We all know that international students are coming to the U.S. in record numbers. But did you realize that number is now approaching one million? According to the 2015 report of the New York-based Institute of International Education (IIE), the growth rate has been growing steadily, to last year’s increase of 10% over 2014.
Why International Students?
A majority of admissions directors said they plan to increase efforts to recruit international students in the next year, according to the 2015 Inside Higher Ed Survey of College and University Admissions Directors. But what, exactly, is the benefit for U.S. colleges?
- Diversity that enhances the educational experience for all students.
- Acquiring new talent among gifted students worldwide.
- Connections with educational institutions around the world, for potential partnerships and reciprocal learning experiences for American students.
- Increasing admissions numbers, at out-of-state tuition rates, in the face of struggles to meet admissions goals.
How Can Your University Welcome International Students?
With the dramatic increase in international student recruiting, colleges are ramping up efforts to create positive experiences for these students. If your university isn’t a welcoming place for students from diverse backgrounds, you’ll likely lose them to more progressive educational institutions.
Beyond meeting basic needs for housing and transportation, what can you do to create a welcoming environment? At 5 Degrees, we’ve gotten input from a number of leaders and volunteers across the country who work among international students. Here are some take-away ideas we’ve discovered:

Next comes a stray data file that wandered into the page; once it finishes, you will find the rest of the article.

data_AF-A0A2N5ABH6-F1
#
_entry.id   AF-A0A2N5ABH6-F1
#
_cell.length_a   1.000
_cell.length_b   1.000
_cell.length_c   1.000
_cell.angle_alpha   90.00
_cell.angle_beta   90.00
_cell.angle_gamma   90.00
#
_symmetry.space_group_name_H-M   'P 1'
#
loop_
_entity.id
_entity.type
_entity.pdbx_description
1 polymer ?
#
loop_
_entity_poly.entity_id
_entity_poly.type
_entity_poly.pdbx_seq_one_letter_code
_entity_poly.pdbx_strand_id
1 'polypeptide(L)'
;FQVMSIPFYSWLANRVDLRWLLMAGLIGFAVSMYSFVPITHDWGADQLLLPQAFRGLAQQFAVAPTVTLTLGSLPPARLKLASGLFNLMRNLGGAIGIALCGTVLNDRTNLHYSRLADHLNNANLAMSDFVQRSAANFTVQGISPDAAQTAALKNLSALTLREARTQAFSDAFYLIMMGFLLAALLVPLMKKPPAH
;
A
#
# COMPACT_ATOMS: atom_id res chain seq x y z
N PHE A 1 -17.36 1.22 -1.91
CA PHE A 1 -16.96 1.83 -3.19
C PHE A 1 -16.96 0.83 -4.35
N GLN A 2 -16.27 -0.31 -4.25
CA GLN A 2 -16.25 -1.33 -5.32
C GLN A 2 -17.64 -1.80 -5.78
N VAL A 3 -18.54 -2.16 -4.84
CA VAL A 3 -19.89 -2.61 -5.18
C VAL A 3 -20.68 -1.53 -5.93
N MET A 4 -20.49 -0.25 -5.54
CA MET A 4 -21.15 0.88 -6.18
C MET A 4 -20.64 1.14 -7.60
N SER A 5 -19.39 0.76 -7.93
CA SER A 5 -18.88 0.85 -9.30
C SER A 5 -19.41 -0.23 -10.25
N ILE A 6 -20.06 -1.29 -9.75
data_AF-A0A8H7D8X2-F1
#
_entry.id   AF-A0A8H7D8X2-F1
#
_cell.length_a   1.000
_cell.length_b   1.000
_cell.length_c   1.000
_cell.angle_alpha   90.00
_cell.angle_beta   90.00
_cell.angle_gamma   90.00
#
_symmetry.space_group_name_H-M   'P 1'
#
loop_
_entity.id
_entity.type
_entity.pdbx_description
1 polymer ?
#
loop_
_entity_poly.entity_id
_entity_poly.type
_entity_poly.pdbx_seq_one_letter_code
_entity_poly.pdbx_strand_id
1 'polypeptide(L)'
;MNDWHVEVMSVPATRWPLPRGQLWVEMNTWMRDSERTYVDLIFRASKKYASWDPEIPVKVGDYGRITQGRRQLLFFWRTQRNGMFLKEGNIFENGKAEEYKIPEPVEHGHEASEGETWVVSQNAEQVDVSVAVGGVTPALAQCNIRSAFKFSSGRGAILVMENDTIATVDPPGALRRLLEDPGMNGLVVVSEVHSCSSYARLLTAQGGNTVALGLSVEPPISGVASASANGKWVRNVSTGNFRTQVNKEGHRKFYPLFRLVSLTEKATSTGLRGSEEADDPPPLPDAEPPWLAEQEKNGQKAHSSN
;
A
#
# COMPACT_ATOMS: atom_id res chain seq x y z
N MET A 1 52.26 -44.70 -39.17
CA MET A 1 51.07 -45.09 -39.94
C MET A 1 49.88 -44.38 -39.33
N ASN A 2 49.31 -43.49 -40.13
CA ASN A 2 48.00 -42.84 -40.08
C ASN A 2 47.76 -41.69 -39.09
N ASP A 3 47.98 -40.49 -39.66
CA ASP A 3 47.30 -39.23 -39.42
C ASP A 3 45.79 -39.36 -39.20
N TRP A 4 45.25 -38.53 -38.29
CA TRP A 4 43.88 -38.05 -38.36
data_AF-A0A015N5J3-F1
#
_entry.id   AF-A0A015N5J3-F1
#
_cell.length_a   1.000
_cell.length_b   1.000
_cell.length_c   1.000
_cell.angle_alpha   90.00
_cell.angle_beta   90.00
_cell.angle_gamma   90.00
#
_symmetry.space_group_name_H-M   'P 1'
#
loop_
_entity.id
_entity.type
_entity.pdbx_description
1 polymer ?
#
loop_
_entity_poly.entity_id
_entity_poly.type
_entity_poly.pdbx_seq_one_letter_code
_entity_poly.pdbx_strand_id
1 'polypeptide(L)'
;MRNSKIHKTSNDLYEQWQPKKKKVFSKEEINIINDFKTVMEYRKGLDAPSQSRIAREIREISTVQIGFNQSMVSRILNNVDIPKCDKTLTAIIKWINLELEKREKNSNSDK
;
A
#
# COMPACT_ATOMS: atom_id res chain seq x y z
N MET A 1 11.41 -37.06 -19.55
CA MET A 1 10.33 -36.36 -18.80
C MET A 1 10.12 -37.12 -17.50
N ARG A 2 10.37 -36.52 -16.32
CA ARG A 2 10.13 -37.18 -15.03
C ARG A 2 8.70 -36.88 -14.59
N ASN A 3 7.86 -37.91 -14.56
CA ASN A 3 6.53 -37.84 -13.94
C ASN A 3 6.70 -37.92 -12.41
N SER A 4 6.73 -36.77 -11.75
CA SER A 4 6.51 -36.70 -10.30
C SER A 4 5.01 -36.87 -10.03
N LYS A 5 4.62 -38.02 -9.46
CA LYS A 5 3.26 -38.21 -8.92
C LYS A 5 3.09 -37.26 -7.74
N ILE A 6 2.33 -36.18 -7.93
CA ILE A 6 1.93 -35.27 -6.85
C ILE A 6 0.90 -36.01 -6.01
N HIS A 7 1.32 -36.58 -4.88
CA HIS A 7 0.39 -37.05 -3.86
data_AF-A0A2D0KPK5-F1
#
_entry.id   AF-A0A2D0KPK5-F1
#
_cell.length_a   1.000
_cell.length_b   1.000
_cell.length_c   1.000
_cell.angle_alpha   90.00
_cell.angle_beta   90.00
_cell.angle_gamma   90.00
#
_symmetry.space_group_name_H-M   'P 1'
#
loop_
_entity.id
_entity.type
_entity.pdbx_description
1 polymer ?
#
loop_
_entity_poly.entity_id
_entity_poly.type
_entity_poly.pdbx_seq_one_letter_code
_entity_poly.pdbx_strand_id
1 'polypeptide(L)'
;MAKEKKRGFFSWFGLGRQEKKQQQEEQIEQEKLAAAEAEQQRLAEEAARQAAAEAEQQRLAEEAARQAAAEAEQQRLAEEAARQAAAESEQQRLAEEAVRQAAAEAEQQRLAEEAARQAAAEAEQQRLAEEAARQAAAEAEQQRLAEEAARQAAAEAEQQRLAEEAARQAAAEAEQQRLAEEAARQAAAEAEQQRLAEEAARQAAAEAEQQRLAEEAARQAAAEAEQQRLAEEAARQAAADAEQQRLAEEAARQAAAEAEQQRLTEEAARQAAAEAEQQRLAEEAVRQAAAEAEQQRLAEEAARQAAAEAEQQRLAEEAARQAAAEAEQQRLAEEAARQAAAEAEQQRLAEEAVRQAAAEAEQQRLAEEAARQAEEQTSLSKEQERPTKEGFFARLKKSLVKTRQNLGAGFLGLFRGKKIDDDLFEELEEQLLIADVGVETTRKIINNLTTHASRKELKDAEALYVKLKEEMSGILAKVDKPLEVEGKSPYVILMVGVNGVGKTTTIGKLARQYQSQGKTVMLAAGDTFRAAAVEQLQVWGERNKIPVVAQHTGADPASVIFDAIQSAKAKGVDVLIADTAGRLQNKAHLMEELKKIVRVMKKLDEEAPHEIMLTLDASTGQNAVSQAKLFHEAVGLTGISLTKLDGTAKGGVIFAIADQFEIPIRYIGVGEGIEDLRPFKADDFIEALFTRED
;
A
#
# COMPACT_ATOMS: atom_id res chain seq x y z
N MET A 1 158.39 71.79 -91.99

- Offer traditional hospitality. When international students arrive, everything is new and potentially overwhelming. They’ll need logistical help getting to campus from the airport and setting up their new residences. A warm, personal greeting will make a world of difference in their initial experience.
Large universities may have the resources to send buses to the airport, open dorms early, and provide dedicated staff members for international programs. Want to create a truly personal touch, though? Partner with local churches, campus organizations, and community groups. You can also engage your American students in this effort. Local volunteers can pick up students at the airport, provide temporary housing, or take students shopping as they’re setting up their new residences.
- Offer friendship programs. International students are usually eager to make friends and experience American culture. Again, churches, campus organizations, and community groups are often glad to partner with local universities to match incoming international students with American families or American students to build cross-cultural friendships.
- Offer professional connections. This has been described as “the new hospitality.” International students are here to further their professional possibilities, but they often lack connections in the workplace. Use your school’s business and community connections to introduce students to local professionals and leaders.
Once you have all the pieces in place to create a welcoming environment, how do you communicate with prospective international students? We'll discuss this next week in part 2 of this series.